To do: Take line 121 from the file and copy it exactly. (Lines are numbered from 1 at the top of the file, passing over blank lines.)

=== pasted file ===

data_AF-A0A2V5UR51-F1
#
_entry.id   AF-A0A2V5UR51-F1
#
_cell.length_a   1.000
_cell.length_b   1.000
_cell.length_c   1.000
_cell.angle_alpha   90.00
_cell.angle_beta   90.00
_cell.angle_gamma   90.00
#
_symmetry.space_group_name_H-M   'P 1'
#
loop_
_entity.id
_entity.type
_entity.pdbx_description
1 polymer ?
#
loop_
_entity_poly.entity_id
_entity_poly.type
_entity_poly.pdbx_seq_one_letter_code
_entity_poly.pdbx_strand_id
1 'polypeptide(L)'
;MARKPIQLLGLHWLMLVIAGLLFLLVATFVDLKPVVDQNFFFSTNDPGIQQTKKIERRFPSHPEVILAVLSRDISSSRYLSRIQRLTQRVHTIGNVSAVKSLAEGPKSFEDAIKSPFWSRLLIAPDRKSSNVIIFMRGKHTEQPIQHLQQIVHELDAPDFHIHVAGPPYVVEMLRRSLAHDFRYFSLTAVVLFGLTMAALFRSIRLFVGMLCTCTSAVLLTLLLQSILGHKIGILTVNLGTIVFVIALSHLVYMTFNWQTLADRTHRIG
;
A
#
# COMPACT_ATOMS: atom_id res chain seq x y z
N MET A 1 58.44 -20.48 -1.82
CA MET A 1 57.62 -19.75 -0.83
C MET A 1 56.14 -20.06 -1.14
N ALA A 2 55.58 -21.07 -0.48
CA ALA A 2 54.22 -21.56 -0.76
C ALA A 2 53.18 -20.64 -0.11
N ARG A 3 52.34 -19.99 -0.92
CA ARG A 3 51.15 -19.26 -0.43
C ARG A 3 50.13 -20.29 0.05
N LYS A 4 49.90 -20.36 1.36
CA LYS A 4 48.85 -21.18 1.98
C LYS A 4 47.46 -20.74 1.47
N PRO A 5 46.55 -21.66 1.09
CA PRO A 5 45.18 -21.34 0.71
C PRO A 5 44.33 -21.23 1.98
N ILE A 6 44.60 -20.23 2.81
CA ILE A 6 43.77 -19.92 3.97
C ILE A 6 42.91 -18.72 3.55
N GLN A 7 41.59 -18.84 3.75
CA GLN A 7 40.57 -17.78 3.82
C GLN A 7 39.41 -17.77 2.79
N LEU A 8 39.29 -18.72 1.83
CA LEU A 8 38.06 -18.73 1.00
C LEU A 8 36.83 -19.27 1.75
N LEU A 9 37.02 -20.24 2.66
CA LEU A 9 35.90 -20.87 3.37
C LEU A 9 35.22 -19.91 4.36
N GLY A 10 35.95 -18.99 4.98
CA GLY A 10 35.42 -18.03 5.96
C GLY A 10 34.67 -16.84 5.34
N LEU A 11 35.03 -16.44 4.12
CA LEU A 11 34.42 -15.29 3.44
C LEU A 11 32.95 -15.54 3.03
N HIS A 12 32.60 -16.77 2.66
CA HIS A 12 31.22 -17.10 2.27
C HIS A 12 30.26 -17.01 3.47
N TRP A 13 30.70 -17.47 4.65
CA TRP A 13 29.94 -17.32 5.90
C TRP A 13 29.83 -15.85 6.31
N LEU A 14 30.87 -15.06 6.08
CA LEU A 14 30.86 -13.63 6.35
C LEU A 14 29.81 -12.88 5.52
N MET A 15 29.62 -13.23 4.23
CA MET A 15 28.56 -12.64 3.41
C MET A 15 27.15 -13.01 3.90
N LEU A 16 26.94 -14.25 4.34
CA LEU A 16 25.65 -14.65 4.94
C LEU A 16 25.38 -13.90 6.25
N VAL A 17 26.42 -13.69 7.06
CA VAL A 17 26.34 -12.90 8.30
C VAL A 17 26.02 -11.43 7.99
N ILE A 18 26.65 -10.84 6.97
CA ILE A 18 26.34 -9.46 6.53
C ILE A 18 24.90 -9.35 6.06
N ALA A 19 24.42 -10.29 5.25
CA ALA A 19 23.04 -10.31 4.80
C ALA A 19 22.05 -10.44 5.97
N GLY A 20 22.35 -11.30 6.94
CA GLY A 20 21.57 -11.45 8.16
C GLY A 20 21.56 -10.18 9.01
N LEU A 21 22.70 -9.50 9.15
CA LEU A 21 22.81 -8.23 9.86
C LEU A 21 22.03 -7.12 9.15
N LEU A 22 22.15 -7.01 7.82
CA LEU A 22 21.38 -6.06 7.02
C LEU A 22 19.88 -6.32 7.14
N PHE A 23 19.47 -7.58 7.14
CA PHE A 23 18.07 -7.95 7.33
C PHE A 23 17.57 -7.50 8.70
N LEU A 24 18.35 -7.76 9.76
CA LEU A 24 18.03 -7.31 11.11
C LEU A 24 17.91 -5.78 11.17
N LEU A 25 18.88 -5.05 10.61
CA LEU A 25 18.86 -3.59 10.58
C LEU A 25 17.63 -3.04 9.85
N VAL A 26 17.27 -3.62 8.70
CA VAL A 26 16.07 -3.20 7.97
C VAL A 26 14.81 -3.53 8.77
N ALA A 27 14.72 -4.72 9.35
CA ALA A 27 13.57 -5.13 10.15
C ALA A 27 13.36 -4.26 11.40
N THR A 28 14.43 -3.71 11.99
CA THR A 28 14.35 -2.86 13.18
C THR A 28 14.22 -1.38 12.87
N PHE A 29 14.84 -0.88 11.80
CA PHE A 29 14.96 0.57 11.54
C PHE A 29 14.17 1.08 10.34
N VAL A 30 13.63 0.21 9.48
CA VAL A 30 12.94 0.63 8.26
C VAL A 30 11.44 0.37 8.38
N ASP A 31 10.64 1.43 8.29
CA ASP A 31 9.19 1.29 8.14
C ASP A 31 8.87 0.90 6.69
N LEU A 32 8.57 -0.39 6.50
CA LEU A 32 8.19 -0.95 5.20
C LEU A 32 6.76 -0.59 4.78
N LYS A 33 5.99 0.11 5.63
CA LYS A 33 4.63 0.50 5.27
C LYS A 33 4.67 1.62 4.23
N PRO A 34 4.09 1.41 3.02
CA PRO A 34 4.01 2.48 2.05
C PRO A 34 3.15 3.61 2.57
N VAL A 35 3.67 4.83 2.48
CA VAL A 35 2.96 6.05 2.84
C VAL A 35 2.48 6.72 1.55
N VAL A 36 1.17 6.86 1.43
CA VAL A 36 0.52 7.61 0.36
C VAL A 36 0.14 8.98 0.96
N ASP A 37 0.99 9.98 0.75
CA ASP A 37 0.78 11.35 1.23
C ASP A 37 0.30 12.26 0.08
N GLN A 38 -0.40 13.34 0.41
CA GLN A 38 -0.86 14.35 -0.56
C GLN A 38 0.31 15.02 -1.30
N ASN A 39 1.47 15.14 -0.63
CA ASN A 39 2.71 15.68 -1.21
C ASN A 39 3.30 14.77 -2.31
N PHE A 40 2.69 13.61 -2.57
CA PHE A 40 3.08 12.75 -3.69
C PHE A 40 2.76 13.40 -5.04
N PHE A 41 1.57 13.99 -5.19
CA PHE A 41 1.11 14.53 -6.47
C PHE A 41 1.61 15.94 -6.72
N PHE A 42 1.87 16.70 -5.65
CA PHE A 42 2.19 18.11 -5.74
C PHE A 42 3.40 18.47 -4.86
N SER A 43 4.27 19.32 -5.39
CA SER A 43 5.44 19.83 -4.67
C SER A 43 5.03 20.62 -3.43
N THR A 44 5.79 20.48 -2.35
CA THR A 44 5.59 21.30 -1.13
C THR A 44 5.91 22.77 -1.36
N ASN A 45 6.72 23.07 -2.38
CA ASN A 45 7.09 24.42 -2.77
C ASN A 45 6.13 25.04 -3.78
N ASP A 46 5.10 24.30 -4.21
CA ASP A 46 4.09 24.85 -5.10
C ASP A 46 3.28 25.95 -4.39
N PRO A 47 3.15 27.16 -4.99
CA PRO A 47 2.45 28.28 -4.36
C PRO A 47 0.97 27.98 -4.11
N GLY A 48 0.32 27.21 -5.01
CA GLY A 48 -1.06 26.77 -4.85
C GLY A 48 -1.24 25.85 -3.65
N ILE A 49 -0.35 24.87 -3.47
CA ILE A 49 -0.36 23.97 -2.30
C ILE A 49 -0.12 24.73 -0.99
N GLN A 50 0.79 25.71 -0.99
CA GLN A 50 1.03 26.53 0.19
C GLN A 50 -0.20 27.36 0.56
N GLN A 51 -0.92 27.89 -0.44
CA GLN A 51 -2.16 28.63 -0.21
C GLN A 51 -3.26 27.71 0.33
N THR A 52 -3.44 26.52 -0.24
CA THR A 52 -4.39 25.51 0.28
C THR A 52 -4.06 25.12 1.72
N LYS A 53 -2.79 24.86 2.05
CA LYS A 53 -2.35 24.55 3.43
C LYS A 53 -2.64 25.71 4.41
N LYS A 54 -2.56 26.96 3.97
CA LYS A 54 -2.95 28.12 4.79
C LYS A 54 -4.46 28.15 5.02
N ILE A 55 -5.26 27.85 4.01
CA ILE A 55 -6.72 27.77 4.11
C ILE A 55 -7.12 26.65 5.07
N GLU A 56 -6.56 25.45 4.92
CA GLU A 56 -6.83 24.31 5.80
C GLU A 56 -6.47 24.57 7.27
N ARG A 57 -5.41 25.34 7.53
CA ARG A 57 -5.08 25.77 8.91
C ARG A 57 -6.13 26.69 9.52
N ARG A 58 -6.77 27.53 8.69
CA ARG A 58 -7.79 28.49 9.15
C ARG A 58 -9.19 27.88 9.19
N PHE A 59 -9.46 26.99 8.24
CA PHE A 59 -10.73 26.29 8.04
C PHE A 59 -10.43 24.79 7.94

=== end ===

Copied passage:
N ASP A 31 10.64 1.43 8.29